All Greenmarkets Are Open on July 4th!

June 30, 2015
Posted in Greenmarket


photo courtesy of  thelizabeth

All of our regularly scheduled Saturday Greenmarkets will be open on the 4th of July for all of your picnic and bbq needs. You may find some producers that are not present but we do anticipate an almost full line up at each market. The only market closed for the long weekend will be Staten Island Ferry on Friday, July 3. For those of you looking for Ronnybrook this weekend, they will only be at the following markets: Greenpoint/McCarren Park, Grand Army Plaza, Inwood and Jackson Heights.  

Summer has arrived at the Greenmarket so stop by and pick up everything you need to decorate this patriotic American Flag Cake. And don't forget to follow us on social media to see what's happening at all of our markets all season long. Happy 4th! 

 

GrowNYC Hosts USDA Deputy Secretary Krysta Harden

June 5, 2015
Posted in Greenmarket

GrowNYC was thrilled to host US Department of Agriculture’s deputy secretary, Krysta Harden, for a tour of our Union Square Greenmarket and lunch on Monday, June 1. Despite the torrential downpour, Deputy Secretary Harden spent plenty of time walking around the market, sampling products and chatting with Greenmarket farmers about the challenges and rewards of farming in our region. 

Harden herself comes from three generations of farmers in southwest Georgia, and you can hear it in her accent. As Deputy Secretary, she has placed a large focus on ensuring the success of the next generation of farmers and recognizes that in today’s dynamic business climate farmers need more than just a passion for the land but also practical business training and access to land and capital.

GrowNYC's FARMroots Director, Christopher Wayne, introduced her to several graduates of our FARMroots beginning farmer training program, including Nestor Tello of Tello’s Green Farm in Coxsackie, NY, one of the very first graduates of the program, as well as Jane Hodge, Karen Washington, and Michaela Hayes, three of the women who now operate Rise & Root Farm in Chester, NY and recently graduated from the program. 

L to R: USDA Deputy Secretary Krysta Harden, Cheryl Huber (GrowNYC Greenmarket), Nestor Tello (Tello’s Green Farm), Christopher Wayne (GrowNYC FARMRoots), Jane Hodge, Michaela Hayes & Karen Washington (Rise & Root Farm),  Olivia Blanchflower (GrowNYC Wholesale and Distribution), Mark Izeman (NRDC), Dennis Derryck (Corbin Hill Farm), Marcel Van Ooyen (GrowNYC)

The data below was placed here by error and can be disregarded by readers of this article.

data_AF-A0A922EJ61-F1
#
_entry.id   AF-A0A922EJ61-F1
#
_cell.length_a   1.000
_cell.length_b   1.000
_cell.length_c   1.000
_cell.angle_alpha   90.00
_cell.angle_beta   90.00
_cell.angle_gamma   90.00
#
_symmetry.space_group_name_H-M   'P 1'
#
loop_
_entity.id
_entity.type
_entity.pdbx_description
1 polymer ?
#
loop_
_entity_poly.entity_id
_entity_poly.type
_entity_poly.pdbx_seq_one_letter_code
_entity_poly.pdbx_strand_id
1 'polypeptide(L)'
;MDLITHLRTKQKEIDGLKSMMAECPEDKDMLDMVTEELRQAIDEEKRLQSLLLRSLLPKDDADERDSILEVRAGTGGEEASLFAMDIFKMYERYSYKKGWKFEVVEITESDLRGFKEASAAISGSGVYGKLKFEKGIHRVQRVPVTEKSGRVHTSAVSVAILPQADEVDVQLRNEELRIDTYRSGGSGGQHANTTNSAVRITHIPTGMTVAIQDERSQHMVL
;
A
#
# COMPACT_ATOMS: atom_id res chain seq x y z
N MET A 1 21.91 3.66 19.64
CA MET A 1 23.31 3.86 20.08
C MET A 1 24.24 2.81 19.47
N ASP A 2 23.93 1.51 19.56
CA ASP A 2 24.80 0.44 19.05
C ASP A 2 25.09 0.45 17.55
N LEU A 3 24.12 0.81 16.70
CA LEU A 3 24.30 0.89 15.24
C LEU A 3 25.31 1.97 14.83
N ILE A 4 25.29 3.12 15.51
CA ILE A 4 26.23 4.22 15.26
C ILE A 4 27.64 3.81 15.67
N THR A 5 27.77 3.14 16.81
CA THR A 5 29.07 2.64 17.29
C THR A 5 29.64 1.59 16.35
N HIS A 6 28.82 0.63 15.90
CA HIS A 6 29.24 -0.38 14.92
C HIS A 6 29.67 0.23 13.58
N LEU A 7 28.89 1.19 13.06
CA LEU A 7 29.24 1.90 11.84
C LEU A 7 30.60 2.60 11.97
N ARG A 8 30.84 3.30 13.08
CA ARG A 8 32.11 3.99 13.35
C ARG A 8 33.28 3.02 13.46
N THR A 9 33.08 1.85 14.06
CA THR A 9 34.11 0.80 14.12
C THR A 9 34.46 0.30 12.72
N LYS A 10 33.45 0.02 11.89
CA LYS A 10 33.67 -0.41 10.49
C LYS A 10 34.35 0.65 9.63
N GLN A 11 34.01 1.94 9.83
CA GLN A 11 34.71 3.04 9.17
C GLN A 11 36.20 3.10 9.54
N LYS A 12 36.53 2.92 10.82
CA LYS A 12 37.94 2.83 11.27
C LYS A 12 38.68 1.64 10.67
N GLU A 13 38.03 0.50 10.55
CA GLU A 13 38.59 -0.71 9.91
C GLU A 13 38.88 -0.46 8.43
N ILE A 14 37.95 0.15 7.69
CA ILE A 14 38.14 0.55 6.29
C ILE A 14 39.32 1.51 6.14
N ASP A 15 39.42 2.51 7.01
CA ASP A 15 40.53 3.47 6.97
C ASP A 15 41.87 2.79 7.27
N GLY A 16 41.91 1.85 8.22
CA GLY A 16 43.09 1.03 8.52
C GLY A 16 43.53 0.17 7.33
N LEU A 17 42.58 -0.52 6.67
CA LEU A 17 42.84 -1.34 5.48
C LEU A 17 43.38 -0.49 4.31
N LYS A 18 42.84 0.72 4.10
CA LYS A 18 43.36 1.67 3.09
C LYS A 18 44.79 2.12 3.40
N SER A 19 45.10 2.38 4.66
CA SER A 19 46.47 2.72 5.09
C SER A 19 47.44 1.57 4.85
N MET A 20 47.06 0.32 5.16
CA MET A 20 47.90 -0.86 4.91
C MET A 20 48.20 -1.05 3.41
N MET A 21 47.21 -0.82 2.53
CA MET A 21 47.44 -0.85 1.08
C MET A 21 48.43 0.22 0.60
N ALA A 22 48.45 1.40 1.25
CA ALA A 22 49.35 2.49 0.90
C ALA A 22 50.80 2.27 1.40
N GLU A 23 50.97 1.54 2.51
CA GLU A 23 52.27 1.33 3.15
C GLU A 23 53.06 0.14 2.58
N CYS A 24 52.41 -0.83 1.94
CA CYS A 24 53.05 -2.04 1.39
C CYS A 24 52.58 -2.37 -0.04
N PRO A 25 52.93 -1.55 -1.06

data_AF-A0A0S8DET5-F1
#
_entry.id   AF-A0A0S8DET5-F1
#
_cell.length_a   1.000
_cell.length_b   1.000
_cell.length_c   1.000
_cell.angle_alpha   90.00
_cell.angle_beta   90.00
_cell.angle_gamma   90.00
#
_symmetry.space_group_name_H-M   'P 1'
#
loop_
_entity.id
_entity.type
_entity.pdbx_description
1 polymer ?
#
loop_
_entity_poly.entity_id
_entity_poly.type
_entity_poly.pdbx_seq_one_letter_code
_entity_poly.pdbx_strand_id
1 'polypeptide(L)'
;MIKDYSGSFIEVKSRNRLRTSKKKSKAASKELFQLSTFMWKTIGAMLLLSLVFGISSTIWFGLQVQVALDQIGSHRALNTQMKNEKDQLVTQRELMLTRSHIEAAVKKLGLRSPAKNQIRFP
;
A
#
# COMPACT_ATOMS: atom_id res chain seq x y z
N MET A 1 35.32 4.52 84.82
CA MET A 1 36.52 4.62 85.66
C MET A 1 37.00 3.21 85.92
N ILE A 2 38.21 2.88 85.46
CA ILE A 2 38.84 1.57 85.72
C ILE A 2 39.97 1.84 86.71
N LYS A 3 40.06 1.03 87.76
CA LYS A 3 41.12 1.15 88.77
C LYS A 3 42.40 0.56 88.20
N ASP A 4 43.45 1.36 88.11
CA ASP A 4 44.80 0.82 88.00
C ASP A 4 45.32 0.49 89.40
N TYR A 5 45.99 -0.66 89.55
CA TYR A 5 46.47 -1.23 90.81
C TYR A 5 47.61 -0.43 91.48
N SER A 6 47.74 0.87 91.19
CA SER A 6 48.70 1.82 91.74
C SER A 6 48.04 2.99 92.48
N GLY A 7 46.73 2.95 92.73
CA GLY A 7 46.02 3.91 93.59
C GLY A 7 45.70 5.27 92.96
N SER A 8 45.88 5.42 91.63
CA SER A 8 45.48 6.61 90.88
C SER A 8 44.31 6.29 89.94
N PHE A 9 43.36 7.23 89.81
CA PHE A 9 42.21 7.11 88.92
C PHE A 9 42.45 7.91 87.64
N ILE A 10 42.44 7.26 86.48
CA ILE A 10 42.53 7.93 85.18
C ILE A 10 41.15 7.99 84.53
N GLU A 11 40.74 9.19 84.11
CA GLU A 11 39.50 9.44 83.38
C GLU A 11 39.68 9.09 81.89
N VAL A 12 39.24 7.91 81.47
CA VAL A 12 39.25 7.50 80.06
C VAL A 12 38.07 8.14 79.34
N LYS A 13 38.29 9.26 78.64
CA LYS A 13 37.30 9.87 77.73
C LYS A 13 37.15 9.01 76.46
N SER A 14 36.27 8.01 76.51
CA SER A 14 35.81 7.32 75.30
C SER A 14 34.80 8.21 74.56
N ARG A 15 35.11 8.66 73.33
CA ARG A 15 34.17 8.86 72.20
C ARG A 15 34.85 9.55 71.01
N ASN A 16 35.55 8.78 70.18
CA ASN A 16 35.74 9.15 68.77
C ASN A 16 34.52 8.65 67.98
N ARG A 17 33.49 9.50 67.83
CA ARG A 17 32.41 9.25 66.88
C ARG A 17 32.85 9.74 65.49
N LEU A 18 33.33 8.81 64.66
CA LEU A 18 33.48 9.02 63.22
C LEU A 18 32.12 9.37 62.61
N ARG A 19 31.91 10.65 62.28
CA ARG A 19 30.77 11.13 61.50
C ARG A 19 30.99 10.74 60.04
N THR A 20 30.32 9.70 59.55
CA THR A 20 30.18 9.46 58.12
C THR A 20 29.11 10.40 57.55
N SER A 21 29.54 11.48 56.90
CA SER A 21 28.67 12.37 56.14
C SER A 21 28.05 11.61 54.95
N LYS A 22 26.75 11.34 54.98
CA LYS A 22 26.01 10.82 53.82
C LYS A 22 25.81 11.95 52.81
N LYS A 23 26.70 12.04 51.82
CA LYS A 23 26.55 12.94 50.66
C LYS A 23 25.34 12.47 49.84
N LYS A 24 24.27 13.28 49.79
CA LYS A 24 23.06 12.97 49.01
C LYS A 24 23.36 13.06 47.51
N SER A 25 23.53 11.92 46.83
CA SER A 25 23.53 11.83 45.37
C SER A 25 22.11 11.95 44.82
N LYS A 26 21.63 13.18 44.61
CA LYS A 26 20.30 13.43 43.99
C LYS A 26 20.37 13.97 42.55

Additionally, Harden spoke with female farmers from Ole Mother Hubbard Dairy and Apple State Hilltop Family Farm who have worked with FARMroots to implement strategic marketing plans intended to help increase their at-market sales. These women shared their personal journeys into agriculture as well as some of their delicious products. She invited them to participate in the new Women in Agriculture mentoring program that she launched at the USDA to provide a forum for sharing experiences and best practices. 

On a more personal note, the deputy secretary loved the rainbow carrots she found at Norwich Meadows Farm and said turnips are her favorite vegetable. She remarked that the farmers market is one of the only places where you can get them with the delicious tops still attached!

Heritage Wheat in the Hudson Valley

February 10, 2015
Posted in Greenmarket | Tagged Grains

GrowNYC & Greenmarket's Regional Grains Project, in partnership with NOFA-NY and The Culinary Institute of America invite you to join us for Heritage Wheat in the Hudson Valley, Saturday, February 21 at the Danny Kaye Theatre in the Conrad Hilton Library on the campus of the CIA in Hyde Park, NY.

The afternoon will feature a consumer preference tasting of heritage wheat from the Value-Added grains variety trials at 2 pm, followed by a panel discussion at 3 pm on the history of grain production in the Hudson Valley, the science underlying the culinary functionality of heritage grains, and how we can use these breeds to address health and wellness issues and environmental imperatives.  Panelists include: Steffen Schneider, farmer at Hawthorne Valley Farm, Maureen Costura, anthropolgist and food historian at the CIA, and Elizabeth Dyck from the Organic Growers Research and Information-sharing Network (OGRIN) and will be moderated by Chris Loss from The Culinary Institue of America. 

Tickets are $10 for the general public and free for CIA students with ID.

February is Local Spirits Month!

February 2, 2015
Posted in Greenmarket

February is Local Spirits Month at SingL Lounge
 
GrowNYC’s Regional Grains Project is co-hosting a month long tasting series on Tuesday evenings in February at SingL Lounge. SingL Lounge’s popular two year-old Tuesday tasting series run by Master Sommelier Roger Dagorn will spend the month highlighting distilleries making their spirits with local, Northeast-grown grains.